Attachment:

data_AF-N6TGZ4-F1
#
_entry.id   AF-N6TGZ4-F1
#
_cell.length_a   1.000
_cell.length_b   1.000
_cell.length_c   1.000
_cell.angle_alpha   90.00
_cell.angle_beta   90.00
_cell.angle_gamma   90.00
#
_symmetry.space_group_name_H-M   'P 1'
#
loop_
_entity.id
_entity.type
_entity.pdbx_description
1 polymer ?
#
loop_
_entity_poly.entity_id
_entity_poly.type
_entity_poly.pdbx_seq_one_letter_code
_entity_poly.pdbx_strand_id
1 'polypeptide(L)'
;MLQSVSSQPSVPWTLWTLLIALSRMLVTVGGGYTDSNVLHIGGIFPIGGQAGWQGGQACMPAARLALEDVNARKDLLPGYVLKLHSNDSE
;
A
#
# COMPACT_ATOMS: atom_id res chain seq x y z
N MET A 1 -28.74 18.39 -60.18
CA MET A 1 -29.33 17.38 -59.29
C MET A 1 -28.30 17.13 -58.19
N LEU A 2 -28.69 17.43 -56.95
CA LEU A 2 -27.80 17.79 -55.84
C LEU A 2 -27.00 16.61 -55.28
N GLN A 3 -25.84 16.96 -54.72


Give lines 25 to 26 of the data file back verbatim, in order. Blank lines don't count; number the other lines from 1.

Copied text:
1 'polypeptide(L)'
;MLQSVSSQPSVPWTLWTLLIALSRMLVTVGGGYTDSNVLHIGGIFPIGGQAGWQGGQACMPAARLALEDVNARKDLLPGYVLKLHSNDSE